Nazrul Islam’s poetry and humanism lauded
KARACHI: Speakers shed light on Qazi Nazrul Islam`s tumultuous life and multi-genre work at a seminar on Saturday.
Titled `Qazi Nazrul Islam`s contribution to human rights and Bengali language`, the event was organised by the department of Bengali, University of Karachi, in the KU`s arts auditorium. Deputy High Commissioner of Bangladesh Ruhul Alam Siddique was the chief guest.
In his presidential address, KU Vice Chancellor Dr Pirzada Qasim said Nazrul Islam was a poet and intellectual of great potential, which was why he was not only recognised in Bangladesh but all over the world. As long as there was injustice, inequality and mistrust in the world, Nazrul Islam`s work would remain relevant. He said he was a versatile writer and activist, and would never be forgotten because such systems as imperialism, socialism and communism would lose their meaning if they didn`t have humanism in them.
Ruhul Alam Siddique said Nazrul Islam was Bangladesh`s national poet and a great source of inspiration for the people of his country. He was a multifaceted creative individual who rebelled against injustice. He was a mass-oriented person who inspired workers to fight against oppressive forces. His fiery writings roused anger against the British, as a result of which he was put into jail. He was a secular man, a passionate advocate for religious harmony, and kept promoting inter-faith harmony, particularly between Hindus and Muslims.
He said Nazrul Islam repudiated hatred and fanaticism in the name of religion – the need of our time. It`s heartening that researchers all over the world were attracted to his work, he said.
Prof Dr Humayun informed the students and scholars attending the seminar about Nazrul Islam`s life trajectory in detail.
He said the poet was born in 1899 in West Bengal (now in India) and died in 1976 in Dhaka. His parents had nicknamed him Dukhumian (sad person) because before him some of their children hadn`t survived. His parents prayed that God spare Nazrul, which He did but ordained a dukhi life for him.
Nazrul Islam was only nine when he lost his father and at 10 started supporting his family. His wife suffered from paralysis at a young age, and Nazrul himself lost his voice and memory when he was 43. For the rest of the 34 years he lived in silence, almost in a comatose state. It was between 1919 and 1942 that he was active as a creative person and performed miracles. He emerged on the literary scene at a stage when writers like B. Chaudhry, Saratchandra Chttopadhyay and Rabindranath Tagore were ruling the literary world, and Nazrul created a place for himself among them. He had no formal education and was a God-gifted genius. He was a poet, an actor, a film director, music composer, feminist, humanist and a champion for the cause of the downtrodden. He was a freedom-loving person who wrote many poems seeking to overthrow the British, which resulted in him being imprisoned.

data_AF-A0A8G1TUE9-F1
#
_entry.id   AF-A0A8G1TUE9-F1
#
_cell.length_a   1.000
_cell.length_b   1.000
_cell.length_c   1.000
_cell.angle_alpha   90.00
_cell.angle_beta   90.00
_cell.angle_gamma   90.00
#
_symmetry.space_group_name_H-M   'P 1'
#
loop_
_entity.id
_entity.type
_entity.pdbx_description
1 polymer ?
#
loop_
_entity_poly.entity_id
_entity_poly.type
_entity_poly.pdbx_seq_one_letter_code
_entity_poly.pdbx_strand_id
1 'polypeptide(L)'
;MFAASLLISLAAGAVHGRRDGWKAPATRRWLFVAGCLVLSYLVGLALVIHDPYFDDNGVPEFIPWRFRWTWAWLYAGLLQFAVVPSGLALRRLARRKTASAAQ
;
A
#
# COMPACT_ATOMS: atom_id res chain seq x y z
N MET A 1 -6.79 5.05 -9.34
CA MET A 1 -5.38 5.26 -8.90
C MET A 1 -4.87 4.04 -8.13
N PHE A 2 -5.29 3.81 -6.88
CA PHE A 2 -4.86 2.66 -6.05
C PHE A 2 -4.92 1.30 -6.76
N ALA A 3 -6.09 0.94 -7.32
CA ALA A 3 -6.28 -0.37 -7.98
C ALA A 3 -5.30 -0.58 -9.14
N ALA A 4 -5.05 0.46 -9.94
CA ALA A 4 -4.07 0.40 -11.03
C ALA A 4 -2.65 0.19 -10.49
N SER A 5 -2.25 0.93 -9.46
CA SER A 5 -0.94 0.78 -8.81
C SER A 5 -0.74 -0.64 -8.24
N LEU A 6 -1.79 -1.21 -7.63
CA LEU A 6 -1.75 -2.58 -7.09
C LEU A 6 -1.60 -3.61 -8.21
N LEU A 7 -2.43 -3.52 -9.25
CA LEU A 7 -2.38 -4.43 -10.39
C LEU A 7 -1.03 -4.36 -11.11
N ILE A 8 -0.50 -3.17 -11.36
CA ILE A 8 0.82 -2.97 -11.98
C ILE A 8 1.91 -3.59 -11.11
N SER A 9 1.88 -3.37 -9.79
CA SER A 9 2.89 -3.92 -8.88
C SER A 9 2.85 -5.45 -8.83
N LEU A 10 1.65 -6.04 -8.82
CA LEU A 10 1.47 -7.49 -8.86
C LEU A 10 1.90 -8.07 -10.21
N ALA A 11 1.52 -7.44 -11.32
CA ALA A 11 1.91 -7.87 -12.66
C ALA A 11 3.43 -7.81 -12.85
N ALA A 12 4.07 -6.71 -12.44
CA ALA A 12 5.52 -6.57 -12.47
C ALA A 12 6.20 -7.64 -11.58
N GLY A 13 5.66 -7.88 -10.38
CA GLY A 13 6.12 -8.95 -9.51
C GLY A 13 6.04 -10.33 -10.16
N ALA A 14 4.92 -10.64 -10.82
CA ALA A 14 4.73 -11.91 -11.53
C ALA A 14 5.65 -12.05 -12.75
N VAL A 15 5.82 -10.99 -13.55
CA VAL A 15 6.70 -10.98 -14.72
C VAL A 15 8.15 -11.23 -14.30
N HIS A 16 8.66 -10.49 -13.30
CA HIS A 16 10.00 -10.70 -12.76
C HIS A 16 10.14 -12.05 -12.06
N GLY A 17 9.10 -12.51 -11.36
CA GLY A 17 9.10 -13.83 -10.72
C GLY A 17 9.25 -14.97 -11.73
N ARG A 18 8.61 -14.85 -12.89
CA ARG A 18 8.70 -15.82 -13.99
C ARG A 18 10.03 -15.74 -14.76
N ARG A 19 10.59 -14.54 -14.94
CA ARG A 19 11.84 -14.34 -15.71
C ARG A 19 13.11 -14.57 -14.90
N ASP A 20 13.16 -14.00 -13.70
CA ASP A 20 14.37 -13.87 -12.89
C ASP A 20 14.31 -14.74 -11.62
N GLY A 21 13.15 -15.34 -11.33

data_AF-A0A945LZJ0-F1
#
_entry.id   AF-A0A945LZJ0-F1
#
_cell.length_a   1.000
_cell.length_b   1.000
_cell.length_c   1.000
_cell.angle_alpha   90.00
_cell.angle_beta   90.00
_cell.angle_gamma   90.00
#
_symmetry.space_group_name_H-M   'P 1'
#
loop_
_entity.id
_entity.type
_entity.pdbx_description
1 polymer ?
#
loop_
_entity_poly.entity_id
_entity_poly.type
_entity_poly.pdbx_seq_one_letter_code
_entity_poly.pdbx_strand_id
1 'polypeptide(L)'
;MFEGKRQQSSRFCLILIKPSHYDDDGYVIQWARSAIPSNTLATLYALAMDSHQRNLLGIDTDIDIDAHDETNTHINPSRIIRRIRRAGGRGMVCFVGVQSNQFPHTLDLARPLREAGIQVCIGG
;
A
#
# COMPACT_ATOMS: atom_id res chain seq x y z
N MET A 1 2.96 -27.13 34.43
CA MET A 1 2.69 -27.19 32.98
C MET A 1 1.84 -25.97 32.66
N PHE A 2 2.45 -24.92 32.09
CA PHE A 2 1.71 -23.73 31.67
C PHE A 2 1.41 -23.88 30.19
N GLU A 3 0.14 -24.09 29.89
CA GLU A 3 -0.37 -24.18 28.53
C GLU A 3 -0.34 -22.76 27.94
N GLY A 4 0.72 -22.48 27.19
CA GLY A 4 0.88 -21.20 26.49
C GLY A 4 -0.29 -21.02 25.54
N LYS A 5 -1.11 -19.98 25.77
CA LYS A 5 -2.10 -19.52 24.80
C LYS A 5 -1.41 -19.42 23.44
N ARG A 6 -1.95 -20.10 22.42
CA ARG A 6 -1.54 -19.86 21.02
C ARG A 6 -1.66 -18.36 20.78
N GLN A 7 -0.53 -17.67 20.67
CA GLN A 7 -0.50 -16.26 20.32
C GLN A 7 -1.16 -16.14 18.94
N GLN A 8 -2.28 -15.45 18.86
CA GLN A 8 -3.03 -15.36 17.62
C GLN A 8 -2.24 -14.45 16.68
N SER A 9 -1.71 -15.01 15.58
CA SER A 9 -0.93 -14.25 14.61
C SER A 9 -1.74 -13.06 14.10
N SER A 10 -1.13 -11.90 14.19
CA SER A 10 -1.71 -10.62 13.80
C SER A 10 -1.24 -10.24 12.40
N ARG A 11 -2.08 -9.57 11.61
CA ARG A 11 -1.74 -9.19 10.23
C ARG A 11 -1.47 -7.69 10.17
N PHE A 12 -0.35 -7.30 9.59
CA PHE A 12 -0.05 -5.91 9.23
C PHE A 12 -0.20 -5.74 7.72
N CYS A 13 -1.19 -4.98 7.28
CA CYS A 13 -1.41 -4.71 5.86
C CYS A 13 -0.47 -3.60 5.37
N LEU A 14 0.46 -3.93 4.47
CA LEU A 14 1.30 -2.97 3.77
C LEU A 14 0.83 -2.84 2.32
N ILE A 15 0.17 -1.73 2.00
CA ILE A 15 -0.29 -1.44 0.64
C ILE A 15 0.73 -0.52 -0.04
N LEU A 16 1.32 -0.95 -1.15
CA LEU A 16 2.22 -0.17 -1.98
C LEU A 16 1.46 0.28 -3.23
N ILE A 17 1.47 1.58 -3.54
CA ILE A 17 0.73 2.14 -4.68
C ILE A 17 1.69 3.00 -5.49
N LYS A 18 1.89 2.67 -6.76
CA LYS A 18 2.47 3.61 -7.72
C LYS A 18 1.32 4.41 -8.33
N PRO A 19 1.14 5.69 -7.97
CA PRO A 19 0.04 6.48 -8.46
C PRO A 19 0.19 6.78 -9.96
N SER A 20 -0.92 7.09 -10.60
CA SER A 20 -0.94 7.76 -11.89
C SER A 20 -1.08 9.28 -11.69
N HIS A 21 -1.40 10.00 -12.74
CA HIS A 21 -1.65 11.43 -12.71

He was against all oppressive forces. His poem Vidrohi (rebel) was a masterpiece. He was also a humanist and a secular man, who married a Hindu woman and never insisted his wife change her religion. He criticised the Khilafat Movement when it took an extremist turn. He acted in Indian movies and wrote more than 4,000 songs. He freed the Bengali language from Sanskrit and introduced Persian and Urdu words into it. It was when he was in Karachi that he learnt Urdu and Persian, he said.
Dr Tanveer Khalid said Nazrul Islam spearheaded a cultural renaissance in Muslim Bengal and his poems expressed a revolt against oppression. She said his fame is unparalleled in Bengali history.
Dr Syed Jaffar Ahmed pointed out that at a time when Faiz Ahmed Faiz and Asrarul Haq Majaz`s centenary and Tagore`s 150 years were being celebrated, remembering Qazi Nazrul Islam suggested that poets had returned to support us in times of crises.
He said Nazrul Islam was a prolific writer (24 books of poetry, 4,000 songs, three short story books, three novels and 29 plays to his credit) who achieved great feats in the span of a little over two decades of active creative life, after which a neurological illness prevented him from indulging in creative work. He said his work couldn`t be understood without understanding Bengal.
Prof Dr Shaikh Mutahir Ahmed talked about the humanism that the poet preached in his work, and argued that he was a contemporary of Iqbal and Tagore but was different from them because of his humanism.
Dr Zafar Iqbal highlighted the poet`s contribution to the realm of music which subsequently aided him in his poetry writing.
Pro Vice-Chancellor Nasiruddin Khan said Nazrul Islam raised the issue of human rights when nobody else did.
Head of Department of Bengali Dr Abu Tayyab Khan delivered the welcome address and vote of thanks.